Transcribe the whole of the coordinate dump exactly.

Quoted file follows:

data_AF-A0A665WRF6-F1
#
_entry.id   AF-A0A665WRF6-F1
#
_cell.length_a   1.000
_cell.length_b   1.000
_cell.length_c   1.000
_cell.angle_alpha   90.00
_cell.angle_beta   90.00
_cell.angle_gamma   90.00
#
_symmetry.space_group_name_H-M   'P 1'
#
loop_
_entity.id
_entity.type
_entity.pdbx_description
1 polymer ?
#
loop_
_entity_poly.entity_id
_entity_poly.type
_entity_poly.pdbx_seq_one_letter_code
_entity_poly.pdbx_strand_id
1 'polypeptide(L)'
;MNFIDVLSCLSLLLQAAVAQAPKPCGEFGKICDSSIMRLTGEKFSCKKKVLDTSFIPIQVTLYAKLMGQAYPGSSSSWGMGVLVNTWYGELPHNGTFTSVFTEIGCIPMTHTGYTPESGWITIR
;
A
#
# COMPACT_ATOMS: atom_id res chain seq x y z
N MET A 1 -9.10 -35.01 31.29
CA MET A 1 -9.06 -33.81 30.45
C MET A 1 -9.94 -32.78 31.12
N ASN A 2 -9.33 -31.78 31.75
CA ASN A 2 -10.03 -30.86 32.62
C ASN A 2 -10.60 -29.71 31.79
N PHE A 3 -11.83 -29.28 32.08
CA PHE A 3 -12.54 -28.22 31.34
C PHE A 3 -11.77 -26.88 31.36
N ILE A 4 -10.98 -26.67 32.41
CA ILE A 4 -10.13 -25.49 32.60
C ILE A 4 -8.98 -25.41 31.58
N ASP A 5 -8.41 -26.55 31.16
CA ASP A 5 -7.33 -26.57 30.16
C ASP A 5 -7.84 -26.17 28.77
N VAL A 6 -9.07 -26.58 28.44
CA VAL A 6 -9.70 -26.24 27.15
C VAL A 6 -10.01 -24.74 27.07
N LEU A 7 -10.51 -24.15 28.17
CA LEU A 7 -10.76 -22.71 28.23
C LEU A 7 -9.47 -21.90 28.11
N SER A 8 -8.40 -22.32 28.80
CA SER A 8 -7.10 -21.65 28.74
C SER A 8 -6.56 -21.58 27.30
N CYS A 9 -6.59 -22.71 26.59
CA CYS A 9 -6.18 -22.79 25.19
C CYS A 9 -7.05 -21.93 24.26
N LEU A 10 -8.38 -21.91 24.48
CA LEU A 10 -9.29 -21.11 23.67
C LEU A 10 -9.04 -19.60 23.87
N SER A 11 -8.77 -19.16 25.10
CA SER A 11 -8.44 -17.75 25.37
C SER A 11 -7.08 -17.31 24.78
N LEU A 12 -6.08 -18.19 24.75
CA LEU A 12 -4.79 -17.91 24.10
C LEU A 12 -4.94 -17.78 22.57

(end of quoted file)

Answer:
data_AF-A0A665WRF6-F1
#
_entry.id   AF-A0A665WRF6-F1
#
_cell.length_a   1.000
_cell.length_b   1.000
_cell.length_c   1.000
_cell.angle_alpha   90.00
_cell.angle_beta   90.00
_cell.angle_gamma   90.00
#
_symmetry.space_group_name_H-M   'P 1'
#
loop_
_entity.id
_entity.type
_entity.pdbx_description
1 polymer ?
#
loop_
_entity_poly.entity_id
_entity_poly.type
_entity_poly.pdbx_seq_one_letter_code
_entity_poly.pdbx_strand_id
1 'polypeptide(L)'
;MNFIDVLSCLSLLLQAAVAQAPKPCGEFGKICDSSIMRLTGEKFSCKKKVLDTSFIPIQVTLYAKLMGQAYPGSSSSWGMGVLVNTWYGELPHNGTFTSVFTEIGCIPMTHTGYTPESGWITIR
;
A
#
# COMPACT_ATOMS: atom_id res chain seq x y z
N MET A 1 -9.10 -35.01 31.29
CA MET A 1 -9.06 -33.81 30.45
C MET A 1 -9.94 -32.78 31.12
N ASN A 2 -9.33 -31.78 31.75
CA ASN A 2 -10.03 -30.86 32.62
C ASN A 2 -10.60 -29.71 31.79
N PHE A 3 -11.83 -29.28 32.08
CA PHE A 3 -12.54 -28.22 31.34
C PHE A 3 -11.77 -26.88 31.36
N ILE A 4 -10.98 -26.67 32.41
CA ILE A 4 -10.13 -25.49 32.60
C ILE A 4 -8.98 -25.41 31.58
N ASP A 5 -8.41 -26.55 31.16
CA ASP A 5 -7.33 -26.57 30.16
C ASP A 5 -7.84 -26.17 28.77
N VAL A 6 -9.07 -26.58 28.44
CA VAL A 6 -9.70 -26.24 27.15
C VAL A 6 -10.01 -24.74 27.07
N LEU A 7 -10.51 -24.15 28.17
CA LEU A 7 -10.76 -22.71 28.23
C LEU A 7 -9.47 -21.90 28.11
N SER A 8 -8.40 -22.32 28.80
CA SER A 8 -7.10 -21.65 28.74
C SER A 8 -6.56 -21.58 27.30
N CYS A 9 -6.59 -22.71 26.59
CA CYS A 9 -6.18 -22.79 25.19
C CYS A 9 -7.05 -21.93 24.26
N LEU A 10 -8.38 -21.91 24.48
CA LEU A 10 -9.29 -21.11 23.67
C LEU A 10 -9.04 -19.60 23.87
N SER A 11 -8.77 -19.16 25.10
CA SER A 11 -8.44 -17.75 25.37
C SER A 11 -7.08 -17.31 24.78
N LEU A 12 -6.08 -18.19 24.75
CA LEU A 12 -4.79 -17.91 24.10
C LEU A 12 -4.94 -17.78 22.57